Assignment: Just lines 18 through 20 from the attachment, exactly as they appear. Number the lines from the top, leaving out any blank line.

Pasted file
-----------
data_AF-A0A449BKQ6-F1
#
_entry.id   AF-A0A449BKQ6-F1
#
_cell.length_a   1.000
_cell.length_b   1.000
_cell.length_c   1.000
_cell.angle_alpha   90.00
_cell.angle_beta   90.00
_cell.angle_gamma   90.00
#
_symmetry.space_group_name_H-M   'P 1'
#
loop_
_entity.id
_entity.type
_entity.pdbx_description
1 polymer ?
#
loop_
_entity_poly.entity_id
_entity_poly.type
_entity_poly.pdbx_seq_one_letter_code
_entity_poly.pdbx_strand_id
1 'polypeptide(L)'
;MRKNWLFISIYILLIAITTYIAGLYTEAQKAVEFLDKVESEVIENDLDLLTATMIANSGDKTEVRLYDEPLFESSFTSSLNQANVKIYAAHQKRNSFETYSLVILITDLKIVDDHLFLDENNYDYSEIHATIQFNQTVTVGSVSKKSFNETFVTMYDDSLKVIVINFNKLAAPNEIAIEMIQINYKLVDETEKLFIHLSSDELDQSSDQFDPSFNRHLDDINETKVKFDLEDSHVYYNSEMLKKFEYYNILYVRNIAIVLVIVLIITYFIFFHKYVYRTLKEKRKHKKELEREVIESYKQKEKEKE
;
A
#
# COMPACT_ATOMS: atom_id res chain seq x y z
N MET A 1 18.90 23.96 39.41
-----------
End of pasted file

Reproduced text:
1 polymer ?
#
loop_